Published: 7 January 2019
Umbilical cord blood biomarkers could identify babies at risk of brain damage
'This outcome highlights the importance of having health professionals, who work within the health system, involved in research', says Darrin Morrissey, Chief Executive at the HRB.
HRB-funded research at the INFANT Centre in University College Cork (UCC) has identified two blood biomarkers that could give early warning of babies at risk of neurological damage due to of lack of oxygen to the brain at birth.
Two small strands of genetic code, called microRNAs, have been identified and their absence in umbilical cord blood has been linked with a risk of lack of oxygen to the brain at birth. Early intervention in neonatal brain injury, in the form of cooling the brain, is critical in order to improve outcome. The baby is placed on a cooling blanket and their body temperature is maintained at 33.5-34.5 degrees centigrade for 72 hours. This reduces metabolism and inflammation in the brain and gives the brain time to recover.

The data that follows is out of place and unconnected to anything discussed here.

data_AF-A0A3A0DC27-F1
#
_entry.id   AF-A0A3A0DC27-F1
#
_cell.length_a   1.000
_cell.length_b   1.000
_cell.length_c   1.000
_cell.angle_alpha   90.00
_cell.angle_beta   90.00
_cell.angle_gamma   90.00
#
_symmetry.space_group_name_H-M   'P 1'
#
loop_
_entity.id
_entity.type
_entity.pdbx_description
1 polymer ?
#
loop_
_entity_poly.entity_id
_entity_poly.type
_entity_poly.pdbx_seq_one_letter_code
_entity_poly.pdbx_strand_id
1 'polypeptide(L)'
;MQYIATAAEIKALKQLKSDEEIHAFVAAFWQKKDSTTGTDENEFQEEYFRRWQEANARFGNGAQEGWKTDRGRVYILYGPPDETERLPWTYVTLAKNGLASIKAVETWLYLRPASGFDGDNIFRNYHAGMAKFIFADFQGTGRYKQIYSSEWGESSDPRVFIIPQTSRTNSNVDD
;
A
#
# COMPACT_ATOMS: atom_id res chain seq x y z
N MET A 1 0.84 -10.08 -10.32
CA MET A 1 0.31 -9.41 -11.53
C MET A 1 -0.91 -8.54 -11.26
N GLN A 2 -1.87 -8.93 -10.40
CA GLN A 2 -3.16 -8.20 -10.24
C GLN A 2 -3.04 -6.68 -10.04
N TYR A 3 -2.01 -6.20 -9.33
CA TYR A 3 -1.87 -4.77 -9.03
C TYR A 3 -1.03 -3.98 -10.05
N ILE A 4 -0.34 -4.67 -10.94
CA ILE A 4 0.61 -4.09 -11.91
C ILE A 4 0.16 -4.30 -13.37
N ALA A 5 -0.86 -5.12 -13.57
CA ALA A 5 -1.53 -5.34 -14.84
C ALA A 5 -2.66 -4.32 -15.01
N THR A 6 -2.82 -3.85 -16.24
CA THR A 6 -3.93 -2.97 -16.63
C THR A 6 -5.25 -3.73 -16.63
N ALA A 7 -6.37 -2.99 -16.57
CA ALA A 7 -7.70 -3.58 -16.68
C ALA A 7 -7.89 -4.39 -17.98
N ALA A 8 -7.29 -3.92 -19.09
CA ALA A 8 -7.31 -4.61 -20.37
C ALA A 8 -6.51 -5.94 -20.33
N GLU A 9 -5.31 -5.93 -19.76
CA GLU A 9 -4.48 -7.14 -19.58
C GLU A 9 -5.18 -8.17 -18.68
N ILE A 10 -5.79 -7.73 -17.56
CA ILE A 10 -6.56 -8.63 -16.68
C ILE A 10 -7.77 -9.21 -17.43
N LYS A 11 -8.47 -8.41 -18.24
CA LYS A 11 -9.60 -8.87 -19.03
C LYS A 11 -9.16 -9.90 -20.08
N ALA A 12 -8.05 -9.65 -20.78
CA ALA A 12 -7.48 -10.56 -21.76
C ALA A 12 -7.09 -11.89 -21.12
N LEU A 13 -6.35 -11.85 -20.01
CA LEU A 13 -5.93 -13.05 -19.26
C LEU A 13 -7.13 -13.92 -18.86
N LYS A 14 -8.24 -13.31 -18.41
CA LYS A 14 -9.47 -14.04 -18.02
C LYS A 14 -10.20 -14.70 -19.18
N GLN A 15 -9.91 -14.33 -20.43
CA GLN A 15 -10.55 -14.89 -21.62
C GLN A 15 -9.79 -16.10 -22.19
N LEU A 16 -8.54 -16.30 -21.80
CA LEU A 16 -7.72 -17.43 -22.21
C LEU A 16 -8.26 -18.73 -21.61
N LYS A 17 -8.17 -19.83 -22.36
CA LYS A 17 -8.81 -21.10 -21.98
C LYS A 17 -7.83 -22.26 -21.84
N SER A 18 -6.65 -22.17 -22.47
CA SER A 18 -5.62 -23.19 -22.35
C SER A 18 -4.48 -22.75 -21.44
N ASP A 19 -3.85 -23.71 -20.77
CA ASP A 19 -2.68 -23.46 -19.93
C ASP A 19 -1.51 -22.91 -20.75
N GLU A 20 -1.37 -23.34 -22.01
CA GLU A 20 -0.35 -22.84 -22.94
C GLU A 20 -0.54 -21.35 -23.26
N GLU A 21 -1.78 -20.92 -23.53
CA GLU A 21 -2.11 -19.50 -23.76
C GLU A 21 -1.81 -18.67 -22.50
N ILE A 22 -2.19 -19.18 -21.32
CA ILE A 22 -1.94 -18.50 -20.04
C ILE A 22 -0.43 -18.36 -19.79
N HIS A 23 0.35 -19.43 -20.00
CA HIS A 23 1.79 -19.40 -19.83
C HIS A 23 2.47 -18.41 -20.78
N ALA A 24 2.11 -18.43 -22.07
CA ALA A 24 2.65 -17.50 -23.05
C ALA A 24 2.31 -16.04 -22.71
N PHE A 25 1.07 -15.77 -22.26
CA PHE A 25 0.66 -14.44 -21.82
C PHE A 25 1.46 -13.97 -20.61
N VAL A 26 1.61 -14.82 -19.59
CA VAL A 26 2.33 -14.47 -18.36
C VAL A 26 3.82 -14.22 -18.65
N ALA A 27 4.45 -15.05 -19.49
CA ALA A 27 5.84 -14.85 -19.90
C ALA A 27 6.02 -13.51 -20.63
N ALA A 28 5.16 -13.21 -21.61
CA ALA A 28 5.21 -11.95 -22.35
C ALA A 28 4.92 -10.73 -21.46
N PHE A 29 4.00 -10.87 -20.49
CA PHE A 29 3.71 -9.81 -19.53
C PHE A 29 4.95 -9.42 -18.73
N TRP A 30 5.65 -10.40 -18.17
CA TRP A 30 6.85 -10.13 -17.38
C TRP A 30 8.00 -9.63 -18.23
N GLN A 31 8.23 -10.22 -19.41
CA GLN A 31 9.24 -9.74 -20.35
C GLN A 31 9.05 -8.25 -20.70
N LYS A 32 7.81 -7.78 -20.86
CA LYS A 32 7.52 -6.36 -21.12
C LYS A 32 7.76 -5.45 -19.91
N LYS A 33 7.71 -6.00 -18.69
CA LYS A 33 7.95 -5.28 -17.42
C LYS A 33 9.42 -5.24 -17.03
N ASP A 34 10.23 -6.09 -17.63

'This outcome highlights the importance of having health professionals, who work within the health system, involved in research', says Darrin Morrissey, Chief Executive at the HRB. ‘The HRB’s support for Professor Murray through her five-year HRB Clinician Scientist Award, and subsequent awards for projects is delivering real results for these vulnerable patients'.
The HRB Clinician Scientist Award releases up to 50% of a clinician's time to allow them to pursue their research and it backfills their time in the clinic so that there is no negative impact on heath service delivery for patients.
More details about the study are available from the press release on the INFANT Centre website and you can listen to a radio interview on Morning Ireland with the Principal Investigator, Professor Deirdre Murray, UCC.